This post is about Sharif CERT (APA) center's recent CTF (10 dec 2012), which is one of a kind in Iran. Most CTFs are a few days long since there are time-zone differences, but since this one is in Iran, its only a few hours long and full of pressure.
Also it is fairly general purpose, with Trivia, Web Hacking, Cryptography, Steganography, Reverse Engineering and Forensics amongst it genres. There's also the final scoreboard of the contest. As usual, team AbiusX nailed this CTF, though this was the initial round and the main round is held inside Sharif University of Technology in Tehran.
APA CTF usually pisses me off, as some questions are not technical and more of a puzzle than a question - as you will see soon - and also because the guys in charge of making up questions have a very poor English (rofl). But it's getting much better over the years and this version was perfectly acceptable, specially the parts about segmenting different teams' flags.
There were 2 trivia questions, 4 web flags, 2 reverse engineering flags and the rest each had one flag. Genre scores were 100 for trivia, 1200 for web, 200 for crypto, 600 for reverse engineering, 300 for steganography and 400 for forensics, plus bonuses for quick solvers.
This section will describe each questions, its strengths and weaknesses and the solution to it.
The first trivia question was "The tool that Microsoft uses to detect security vulnerabilities in it's development.". Answer was of course SAGE (which obviously we couldn't figure out). In my 5 years of active OWASP involvement, Microsoft is the leading company that benefits from OWASP research and development, without even admitting it. Many open source initiatives (like Mozilla) are reluctant to turn towards OWASP without some bragging.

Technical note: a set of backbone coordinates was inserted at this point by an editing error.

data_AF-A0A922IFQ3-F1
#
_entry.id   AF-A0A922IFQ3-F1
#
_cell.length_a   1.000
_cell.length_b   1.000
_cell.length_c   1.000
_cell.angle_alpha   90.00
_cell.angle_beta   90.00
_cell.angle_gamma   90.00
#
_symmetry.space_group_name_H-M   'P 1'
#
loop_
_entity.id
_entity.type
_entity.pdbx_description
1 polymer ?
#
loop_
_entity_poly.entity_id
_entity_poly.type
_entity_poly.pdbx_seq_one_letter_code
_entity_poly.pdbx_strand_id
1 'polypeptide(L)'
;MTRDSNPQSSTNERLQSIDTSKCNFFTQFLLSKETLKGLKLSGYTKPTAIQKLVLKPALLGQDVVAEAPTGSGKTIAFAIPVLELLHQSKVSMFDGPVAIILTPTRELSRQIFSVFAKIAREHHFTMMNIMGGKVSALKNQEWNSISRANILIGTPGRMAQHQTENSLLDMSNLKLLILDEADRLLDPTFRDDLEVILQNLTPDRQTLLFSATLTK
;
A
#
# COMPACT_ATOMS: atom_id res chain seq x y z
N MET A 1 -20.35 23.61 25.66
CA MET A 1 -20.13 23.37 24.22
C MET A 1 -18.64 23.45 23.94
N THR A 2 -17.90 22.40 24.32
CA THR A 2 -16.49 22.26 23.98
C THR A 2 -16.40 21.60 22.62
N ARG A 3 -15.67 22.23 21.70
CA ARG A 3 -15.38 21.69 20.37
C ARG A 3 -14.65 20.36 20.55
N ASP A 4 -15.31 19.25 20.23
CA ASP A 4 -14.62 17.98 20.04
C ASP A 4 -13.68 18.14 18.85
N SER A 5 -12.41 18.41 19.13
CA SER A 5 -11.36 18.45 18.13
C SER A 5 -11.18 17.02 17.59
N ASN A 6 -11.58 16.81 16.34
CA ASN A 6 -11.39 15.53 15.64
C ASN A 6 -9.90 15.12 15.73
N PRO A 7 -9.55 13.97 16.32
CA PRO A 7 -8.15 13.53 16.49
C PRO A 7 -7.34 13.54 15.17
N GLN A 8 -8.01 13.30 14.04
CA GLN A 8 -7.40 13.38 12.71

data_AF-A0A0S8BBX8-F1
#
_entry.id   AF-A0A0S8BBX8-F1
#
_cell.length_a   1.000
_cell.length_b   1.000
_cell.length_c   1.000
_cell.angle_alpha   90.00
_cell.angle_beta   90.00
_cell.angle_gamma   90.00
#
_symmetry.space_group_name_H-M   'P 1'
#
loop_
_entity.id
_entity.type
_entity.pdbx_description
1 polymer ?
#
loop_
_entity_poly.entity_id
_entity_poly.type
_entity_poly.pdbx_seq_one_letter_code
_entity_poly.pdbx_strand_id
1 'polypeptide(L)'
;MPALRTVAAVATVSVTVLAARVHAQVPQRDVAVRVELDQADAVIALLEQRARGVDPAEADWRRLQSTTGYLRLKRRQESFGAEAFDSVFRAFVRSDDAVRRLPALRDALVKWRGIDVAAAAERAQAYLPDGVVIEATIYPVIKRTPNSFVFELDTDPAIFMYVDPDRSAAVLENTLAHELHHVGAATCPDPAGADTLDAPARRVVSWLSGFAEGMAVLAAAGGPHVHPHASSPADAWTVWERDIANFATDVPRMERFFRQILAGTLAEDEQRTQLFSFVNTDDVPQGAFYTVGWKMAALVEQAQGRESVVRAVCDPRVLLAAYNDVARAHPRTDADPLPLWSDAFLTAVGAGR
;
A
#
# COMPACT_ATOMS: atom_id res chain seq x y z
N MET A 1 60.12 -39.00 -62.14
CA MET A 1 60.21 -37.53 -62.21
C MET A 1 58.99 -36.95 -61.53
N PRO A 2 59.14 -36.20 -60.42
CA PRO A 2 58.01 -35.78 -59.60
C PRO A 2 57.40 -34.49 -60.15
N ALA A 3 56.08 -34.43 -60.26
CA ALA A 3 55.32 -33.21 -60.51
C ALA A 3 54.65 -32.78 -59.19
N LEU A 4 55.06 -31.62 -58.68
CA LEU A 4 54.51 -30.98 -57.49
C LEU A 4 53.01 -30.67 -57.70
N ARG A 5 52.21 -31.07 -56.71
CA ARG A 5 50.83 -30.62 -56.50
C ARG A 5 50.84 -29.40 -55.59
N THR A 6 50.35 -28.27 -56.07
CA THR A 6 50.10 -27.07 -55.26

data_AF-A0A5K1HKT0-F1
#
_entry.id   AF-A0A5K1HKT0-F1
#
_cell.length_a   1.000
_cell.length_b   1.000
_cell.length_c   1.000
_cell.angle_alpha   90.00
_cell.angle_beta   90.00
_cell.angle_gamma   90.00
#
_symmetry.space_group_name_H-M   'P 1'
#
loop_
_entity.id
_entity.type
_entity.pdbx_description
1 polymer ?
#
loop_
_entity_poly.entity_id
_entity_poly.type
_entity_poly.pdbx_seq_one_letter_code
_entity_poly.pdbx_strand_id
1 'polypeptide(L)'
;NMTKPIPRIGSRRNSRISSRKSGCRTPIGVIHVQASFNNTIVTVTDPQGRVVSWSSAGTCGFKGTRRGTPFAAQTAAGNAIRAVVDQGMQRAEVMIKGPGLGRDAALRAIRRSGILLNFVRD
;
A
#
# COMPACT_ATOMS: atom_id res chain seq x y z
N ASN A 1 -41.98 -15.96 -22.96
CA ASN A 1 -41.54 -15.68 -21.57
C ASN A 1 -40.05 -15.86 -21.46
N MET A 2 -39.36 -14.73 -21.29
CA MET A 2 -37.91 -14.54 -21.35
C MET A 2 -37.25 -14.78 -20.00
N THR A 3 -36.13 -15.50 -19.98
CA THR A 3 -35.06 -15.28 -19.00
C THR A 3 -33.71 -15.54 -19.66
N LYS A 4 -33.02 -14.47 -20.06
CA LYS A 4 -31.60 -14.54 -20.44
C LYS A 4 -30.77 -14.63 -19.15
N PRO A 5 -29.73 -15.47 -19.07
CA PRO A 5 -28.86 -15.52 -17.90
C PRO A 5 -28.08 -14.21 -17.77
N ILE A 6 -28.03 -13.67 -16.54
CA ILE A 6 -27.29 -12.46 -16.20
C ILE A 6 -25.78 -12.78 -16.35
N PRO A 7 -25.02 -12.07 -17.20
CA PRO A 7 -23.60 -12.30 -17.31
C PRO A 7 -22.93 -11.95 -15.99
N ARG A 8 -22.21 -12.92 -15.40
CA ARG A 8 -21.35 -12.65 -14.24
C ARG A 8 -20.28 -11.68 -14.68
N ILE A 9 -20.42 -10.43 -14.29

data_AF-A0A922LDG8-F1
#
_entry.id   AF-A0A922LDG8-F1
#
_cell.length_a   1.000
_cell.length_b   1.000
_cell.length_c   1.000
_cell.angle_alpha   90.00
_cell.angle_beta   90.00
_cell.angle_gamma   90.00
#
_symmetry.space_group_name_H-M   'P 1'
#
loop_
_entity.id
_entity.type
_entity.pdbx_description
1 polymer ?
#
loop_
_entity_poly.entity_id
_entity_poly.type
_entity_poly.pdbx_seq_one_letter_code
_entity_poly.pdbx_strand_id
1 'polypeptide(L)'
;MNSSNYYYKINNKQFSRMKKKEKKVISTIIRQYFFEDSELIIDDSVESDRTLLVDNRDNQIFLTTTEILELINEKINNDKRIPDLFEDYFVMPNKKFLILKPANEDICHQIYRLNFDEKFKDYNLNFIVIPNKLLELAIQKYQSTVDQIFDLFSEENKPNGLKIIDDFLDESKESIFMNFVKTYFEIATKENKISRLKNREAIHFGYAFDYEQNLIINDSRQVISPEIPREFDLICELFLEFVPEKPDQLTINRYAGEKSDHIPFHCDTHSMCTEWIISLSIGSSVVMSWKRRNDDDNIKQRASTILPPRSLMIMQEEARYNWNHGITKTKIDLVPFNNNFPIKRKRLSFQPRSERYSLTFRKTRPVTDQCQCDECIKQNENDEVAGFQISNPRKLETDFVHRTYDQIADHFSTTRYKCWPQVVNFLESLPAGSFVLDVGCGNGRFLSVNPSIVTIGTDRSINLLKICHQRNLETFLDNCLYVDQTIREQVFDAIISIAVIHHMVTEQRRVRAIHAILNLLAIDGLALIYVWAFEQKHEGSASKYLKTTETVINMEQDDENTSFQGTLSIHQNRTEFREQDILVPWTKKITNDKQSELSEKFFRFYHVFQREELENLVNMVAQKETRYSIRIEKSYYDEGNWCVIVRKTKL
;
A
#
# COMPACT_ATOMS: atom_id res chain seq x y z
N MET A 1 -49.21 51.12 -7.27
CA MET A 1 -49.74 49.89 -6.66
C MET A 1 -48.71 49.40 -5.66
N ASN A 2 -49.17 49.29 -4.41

Second trivia was "Malware that asks for money to remove itself.". These are getting a place in malware world, and are known as ransomware.
The cryptography challenge really crawled up my ass all the way up my brain, as it was a puzzle and not a cryptography challenge. You might know that I'm a crypto nerd, and I'm deeply into advanced number theory, information theory and everything cryptography. When you opened the question link, you would face this:
Now, since there are no plaintext and no hints, this would either be a classic easily-breakable classic cipher, or some sort of encoding (which APA guys generously confuse with encryption). Most classic ciphers operate on alphanumeric inputs and provide alphanumeric outputs, except for a handful (Polybius, Straddling, Bifid, etc.), and that bunch produces a reduces number set (i.e not all numbers are used in the result).
I quickly wrote a code to decrypt all the ciphers I knew to use numerical I/O, and ran it on the numbers above; all resulted in gibberish. Then I inspected the numbers for a while, its 2046 characters long, which is 2x3x11x31, and oddly odd combination of primes; so I factored this string into its prime factors in a 4D manner, still no sense.
Now I thought maybe it is a commonly known sequence, so I asked my friend Google about it, and it said no results (keep in mind that i copied first 24 characters). Then I ran some analysis using a bunch of tools on the sequence, namely Index of Coincidence, Frequency Analysis (up to 32 letters!) and finally Entropy Analysis. Entropy analysis yielded high entropy, thus the sequence could not be a classic cipher. All classic ciphers have somewhat weak Diffusion and Confusion, so they do not increase the entropy.